In the wee hours of 29 September, the Indian army conducted a 'surgical strike' on terror launch pads 'along' the LoC, announced DGMO Ranbir Singh, reading out from a prepared statement at a presser. He was accompanied by Ministry of External Affairs spokesperson Vikas Swarup. This operation was in response to the terrorist strikes on Indian soil, including the ones in Poonch and Uri on 11 and 18 of September respectively, Singh said.
The DGMO's announcement triggered a euphoric phase among Indians who were desperately seeking vengeance for the killings of jawans and wanting a clear message sent to Pakistan. Everyone — the Opposition parties, bureaucrats, industry and the aam aadmi — lauded the Narendra Modi government's political will. Every Indian felt exalted by the reinvigorated feeling of patriotism that united everyone against our one sure common threat: Pakistan.
At the presser, the DGMO said the action was limited to militant camps and not Pakistani Army outposts, adding that India doesn't plan any more such attacks unless provoked. This was said with the idea of not escalating the tension between India and Pakistan and also to offer a face-saver to Nawaz Sharif and the Pakistani Army.
Jingoism all around
But, what followed were days of jingoism and chest-thumping. BJP leaders across the country celebrated as if the Modi government had just won a full-fledged war over Pakistan. They narrated stories of how Modi's unprecedented determination and political will made something finally possible that was seemingly unthinkable in the past. Social media patriots worked overnight from their living rooms to escalate a cyber war with their Pakistani counterparts.
The magnitude of hype and hoopla over the "surgical strikes" was such that some BJP leaders even projected this — a matter of national security — as the party's trump card for the state elections. Posters put up by the BJP and its on-off ally Shiv Sena in UP and Punjab after the army's surgical strikes portrayed Modi as Lord Ram, aiming his weapon at Nawaz Sharif, Raavan. The soldier who actually fought this fight couldn't find a place on the poster though.
Then there was a comment from Defence Minister Manohar Parikar. "Indian troops were like Hanuman who did not quite know their prowess before the surgical strikes," Parrikar said.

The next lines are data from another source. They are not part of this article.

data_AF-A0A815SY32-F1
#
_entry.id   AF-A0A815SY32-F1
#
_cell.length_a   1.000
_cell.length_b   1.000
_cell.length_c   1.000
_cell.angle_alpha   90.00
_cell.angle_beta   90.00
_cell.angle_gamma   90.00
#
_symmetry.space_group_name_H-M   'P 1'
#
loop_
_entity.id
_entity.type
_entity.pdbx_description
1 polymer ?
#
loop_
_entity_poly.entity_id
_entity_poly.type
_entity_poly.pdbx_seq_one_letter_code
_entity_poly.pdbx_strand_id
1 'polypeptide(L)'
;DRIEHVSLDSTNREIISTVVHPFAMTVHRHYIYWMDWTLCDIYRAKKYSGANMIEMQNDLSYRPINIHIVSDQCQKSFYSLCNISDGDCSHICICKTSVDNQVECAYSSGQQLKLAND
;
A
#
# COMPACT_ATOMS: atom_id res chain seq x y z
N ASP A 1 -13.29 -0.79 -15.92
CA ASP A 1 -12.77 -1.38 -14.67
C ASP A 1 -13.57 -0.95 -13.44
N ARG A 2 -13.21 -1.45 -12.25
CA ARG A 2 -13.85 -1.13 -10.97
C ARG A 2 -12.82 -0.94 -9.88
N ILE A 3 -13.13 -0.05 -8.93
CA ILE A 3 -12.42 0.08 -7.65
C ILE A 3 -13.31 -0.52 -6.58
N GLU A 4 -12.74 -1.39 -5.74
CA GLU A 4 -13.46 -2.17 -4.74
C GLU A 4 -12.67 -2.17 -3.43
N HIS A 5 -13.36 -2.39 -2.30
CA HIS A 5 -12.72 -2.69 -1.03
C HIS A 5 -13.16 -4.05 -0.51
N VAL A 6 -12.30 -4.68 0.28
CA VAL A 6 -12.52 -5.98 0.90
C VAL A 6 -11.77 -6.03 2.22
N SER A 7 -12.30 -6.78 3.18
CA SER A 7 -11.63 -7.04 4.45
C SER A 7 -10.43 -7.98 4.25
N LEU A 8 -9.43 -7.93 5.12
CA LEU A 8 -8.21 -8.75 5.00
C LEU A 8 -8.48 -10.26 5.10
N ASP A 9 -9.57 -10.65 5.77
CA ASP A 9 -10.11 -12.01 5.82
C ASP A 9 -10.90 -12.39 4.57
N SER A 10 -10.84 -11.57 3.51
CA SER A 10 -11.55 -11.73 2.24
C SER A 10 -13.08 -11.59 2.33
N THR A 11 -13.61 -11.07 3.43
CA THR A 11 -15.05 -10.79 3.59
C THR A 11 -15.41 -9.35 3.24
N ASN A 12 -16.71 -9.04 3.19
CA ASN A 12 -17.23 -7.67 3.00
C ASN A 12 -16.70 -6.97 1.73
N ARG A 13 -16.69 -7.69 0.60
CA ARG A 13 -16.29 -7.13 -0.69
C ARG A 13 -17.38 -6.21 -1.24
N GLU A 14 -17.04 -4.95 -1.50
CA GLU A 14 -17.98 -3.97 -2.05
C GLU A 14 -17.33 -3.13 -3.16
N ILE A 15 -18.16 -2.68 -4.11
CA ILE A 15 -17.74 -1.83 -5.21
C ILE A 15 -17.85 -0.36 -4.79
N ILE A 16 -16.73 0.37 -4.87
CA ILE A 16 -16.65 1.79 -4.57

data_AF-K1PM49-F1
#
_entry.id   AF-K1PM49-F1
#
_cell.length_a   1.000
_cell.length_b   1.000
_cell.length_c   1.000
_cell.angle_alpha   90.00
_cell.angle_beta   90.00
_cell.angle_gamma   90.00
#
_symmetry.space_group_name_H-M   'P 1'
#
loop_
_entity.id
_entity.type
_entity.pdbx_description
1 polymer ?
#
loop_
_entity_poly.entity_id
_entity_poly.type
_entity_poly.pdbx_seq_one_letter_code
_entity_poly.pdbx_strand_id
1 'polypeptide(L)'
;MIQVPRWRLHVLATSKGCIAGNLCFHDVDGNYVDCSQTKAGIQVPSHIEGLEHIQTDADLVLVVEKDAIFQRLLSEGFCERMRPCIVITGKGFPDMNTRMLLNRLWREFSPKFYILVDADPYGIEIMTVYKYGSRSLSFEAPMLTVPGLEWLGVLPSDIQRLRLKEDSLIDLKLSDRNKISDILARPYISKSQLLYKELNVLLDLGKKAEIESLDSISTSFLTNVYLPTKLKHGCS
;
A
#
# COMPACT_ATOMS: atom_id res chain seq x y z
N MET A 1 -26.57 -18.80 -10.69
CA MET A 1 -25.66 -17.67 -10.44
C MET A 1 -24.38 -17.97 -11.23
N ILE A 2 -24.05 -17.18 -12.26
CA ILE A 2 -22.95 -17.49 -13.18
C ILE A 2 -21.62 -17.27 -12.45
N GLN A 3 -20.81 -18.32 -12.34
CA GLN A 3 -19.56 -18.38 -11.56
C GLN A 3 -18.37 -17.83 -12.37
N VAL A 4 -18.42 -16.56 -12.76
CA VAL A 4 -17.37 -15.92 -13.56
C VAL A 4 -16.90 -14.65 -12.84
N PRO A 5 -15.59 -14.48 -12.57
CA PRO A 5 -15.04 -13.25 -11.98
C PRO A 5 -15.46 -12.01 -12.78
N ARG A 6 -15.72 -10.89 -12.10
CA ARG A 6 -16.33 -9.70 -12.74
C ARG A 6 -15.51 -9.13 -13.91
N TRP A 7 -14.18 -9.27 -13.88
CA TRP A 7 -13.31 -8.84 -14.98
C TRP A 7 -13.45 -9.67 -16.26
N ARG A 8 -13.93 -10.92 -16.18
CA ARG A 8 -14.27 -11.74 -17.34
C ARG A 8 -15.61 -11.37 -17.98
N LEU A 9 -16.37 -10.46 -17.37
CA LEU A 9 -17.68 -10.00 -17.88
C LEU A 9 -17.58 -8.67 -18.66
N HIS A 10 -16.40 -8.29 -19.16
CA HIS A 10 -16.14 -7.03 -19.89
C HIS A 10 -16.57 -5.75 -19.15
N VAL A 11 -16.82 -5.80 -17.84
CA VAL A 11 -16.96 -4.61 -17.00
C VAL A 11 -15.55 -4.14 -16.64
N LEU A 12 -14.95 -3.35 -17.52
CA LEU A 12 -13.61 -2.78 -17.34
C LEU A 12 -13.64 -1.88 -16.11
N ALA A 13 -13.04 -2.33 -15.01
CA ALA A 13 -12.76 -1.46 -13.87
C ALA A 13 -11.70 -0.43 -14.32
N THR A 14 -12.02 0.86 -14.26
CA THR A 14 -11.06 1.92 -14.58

What was supposed to be an important covert military operation suddenly found itself morphed into a political tool. What worsened the situation was the excessive jingoism on TV news channels. Some TV anchors appeared to wage a war across the LoC from their air-conditioned studios.
Often, they appointed themselves as new age icons of patriotic, nationalistic ideals. The media — that should be a dispassionate observer — started increasingly using words like 'martyred' instead of 'killed' for soldiers in its reports and often constructed 'stories' that weren't true to the facts. The excessive jingoism turned into rather imaginative — rather than fact-based — reporting. Thus, we saw tweets and reports about how over "50 Pakistanis were killed during the surgical strikes across LoC" and how "two terrorists" were 'neutralised' at Baramulla even as the soldiers shooting into the darkness themselves didn't have a clue about what was happening on the ground.
There was no official confirmation for any of these killings that supposedly took place during the media surgical operations. But it is always easy to pull out a ticker flashing at the bottom of a TV screen or to delete a tweet. Various arms of the media also vied with each other to take the army's Special Forces as far as they possibly could — from just across the LoC to two or three kilometres into PoK. A combination of jingoism and poorly-sourced reports followed.
But the result of all this high drama and political over-hype on a subject of national security took matters to such an extent that the army operation became the subject of unwarranted scrutiny. The fact that the DGMO presser and subsequent comments from the government offered no details of the surgical operation to media provided fodder to speculation. One cannot rule out selective leaks of information from army or government sources to the media, but most of these were self-contradictory.
Things changed dramatically since then.